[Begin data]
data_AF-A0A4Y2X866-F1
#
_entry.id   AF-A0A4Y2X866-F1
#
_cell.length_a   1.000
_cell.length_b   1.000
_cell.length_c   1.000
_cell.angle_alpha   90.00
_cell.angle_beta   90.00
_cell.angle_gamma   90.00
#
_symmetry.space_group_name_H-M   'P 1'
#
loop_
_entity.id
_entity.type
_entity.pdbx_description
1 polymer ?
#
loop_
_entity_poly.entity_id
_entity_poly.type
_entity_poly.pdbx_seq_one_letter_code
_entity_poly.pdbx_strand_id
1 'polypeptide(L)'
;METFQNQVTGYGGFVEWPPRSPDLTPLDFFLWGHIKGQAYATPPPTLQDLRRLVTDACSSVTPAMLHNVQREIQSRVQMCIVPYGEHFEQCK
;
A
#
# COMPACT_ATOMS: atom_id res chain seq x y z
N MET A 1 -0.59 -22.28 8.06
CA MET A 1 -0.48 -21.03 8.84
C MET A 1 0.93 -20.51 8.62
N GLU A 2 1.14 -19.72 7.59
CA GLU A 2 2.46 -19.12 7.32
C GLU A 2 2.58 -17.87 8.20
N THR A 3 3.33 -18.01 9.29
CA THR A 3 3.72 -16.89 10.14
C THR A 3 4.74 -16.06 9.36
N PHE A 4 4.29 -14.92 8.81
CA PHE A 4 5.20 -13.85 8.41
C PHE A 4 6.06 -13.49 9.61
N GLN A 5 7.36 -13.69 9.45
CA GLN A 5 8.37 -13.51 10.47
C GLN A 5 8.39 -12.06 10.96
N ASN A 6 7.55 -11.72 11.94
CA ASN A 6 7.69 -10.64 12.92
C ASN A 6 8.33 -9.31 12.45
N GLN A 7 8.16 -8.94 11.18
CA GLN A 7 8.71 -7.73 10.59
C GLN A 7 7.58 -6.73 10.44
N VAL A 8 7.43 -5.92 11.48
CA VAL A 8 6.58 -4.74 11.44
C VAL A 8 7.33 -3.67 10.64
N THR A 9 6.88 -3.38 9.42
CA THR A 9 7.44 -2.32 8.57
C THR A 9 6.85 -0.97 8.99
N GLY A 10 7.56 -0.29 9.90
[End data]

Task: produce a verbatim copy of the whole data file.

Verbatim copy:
data_AF-A0A4Y2X866-F1
#
_entry.id   AF-A0A4Y2X866-F1
#
_cell.length_a   1.000
_cell.length_b   1.000
_cell.length_c   1.000
_cell.angle_alpha   90.00
_cell.angle_beta   90.00
_cell.angle_gamma   90.00
#
_symmetry.space_group_name_H-M   'P 1'
#
loop_
_entity.id
_entity.type
_entity.pdbx_description
1 polymer ?
#
loop_
_entity_poly.entity_id
_entity_poly.type
_entity_poly.pdbx_seq_one_letter_code
_entity_poly.pdbx_strand_id
1 'polypeptide(L)'
;METFQNQVTGYGGFVEWPPRSPDLTPLDFFLWGHIKGQAYATPPPTLQDLRRLVTDACSSVTPAMLHNVQREIQSRVQMCIVPYGEHFEQCK
;
A
#
# COMPACT_ATOMS: atom_id res chain seq x y z
N MET A 1 -0.59 -22.28 8.06
CA MET A 1 -0.48 -21.03 8.84
C MET A 1 0.93 -20.51 8.62
N GLU A 2 1.14 -19.72 7.59
CA GLU A 2 2.46 -19.12 7.32
C GLU A 2 2.58 -17.87 8.20
N THR A 3 3.33 -18.01 9.29
CA THR A 3 3.72 -16.89 10.14
C THR A 3 4.74 -16.06 9.36
N PHE A 4 4.29 -14.92 8.81
CA PHE A 4 5.20 -13.85 8.41
C PHE A 4 6.06 -13.49 9.61
N GLN A 5 7.36 -13.69 9.45
CA GLN A 5 8.37 -13.51 10.47
C GLN A 5 8.39 -12.06 10.96
N ASN A 6 7.55 -11.72 11.94
CA ASN A 6 7.69 -10.64 12.92
C ASN A 6 8.33 -9.31 12.45
N GLN A 7 8.16 -8.94 11.18
CA GLN A 7 8.71 -7.73 10.59
C GLN A 7 7.58 -6.73 10.44
N VAL A 8 7.43 -5.92 11.48
CA VAL A 8 6.58 -4.74 11.44
C VAL A 8 7.33 -3.67 10.64
N THR A 9 6.88 -3.38 9.42
CA THR A 9 7.44 -2.32 8.57
C THR A 9 6.85 -0.97 8.99
N GLY A 10 7.56 -0.29 9.90